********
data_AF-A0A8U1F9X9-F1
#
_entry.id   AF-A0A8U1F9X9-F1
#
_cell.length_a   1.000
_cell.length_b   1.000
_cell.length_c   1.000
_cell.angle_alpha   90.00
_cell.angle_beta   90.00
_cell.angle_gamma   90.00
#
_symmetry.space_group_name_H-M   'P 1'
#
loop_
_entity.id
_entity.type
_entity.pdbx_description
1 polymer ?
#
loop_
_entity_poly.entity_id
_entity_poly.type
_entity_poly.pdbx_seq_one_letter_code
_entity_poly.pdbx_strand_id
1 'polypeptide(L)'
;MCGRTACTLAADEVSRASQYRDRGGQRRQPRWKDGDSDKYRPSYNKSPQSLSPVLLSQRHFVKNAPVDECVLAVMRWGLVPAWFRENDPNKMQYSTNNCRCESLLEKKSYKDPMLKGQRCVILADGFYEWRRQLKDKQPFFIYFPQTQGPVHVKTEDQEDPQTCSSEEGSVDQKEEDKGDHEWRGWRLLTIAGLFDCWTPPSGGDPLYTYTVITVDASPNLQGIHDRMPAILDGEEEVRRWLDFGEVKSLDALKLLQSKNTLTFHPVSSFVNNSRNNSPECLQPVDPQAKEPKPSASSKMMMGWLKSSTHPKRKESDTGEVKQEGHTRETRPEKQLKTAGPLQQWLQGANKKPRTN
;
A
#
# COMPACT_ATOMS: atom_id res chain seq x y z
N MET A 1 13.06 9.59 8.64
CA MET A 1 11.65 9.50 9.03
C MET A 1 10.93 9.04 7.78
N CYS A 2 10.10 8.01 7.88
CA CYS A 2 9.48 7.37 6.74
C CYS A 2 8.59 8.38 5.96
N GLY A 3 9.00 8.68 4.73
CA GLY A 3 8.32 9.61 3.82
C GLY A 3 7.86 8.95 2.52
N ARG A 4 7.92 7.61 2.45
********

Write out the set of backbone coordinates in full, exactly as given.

data_AF-A0A8U1F9X9-F1
#
_entry.id   AF-A0A8U1F9X9-F1
#
_cell.length_a   1.000
_cell.length_b   1.000
_cell.length_c   1.000
_cell.angle_alpha   90.00
_cell.angle_beta   90.00
_cell.angle_gamma   90.00
#
_symmetry.space_group_name_H-M   'P 1'
#
loop_
_entity.id
_entity.type
_entity.pdbx_description
1 polymer ?
#
loop_
_entity_poly.entity_id
_entity_poly.type
_entity_poly.pdbx_seq_one_letter_code
_entity_poly.pdbx_strand_id
1 'polypeptide(L)'
;MCGRTACTLAADEVSRASQYRDRGGQRRQPRWKDGDSDKYRPSYNKSPQSLSPVLLSQRHFVKNAPVDECVLAVMRWGLVPAWFRENDPNKMQYSTNNCRCESLLEKKSYKDPMLKGQRCVILADGFYEWRRQLKDKQPFFIYFPQTQGPVHVKTEDQEDPQTCSSEEGSVDQKEEDKGDHEWRGWRLLTIAGLFDCWTPPSGGDPLYTYTVITVDASPNLQGIHDRMPAILDGEEEVRRWLDFGEVKSLDALKLLQSKNTLTFHPVSSFVNNSRNNSPECLQPVDPQAKEPKPSASSKMMMGWLKSSTHPKRKESDTGEVKQEGHTRETRPEKQLKTAGPLQQWLQGANKKPRTN
;
A
#
# COMPACT_ATOMS: atom_id res chain seq x y z
N MET A 1 13.06 9.59 8.64
CA MET A 1 11.65 9.50 9.03
C MET A 1 10.93 9.04 7.78
N CYS A 2 10.10 8.01 7.88
CA CYS A 2 9.48 7.37 6.74
C CYS A 2 8.59 8.38 5.96
N GLY A 3 9.00 8.68 4.73
CA GLY A 3 8.32 9.61 3.82
C GLY A 3 7.86 8.95 2.52
N ARG A 4 7.92 7.61 2.45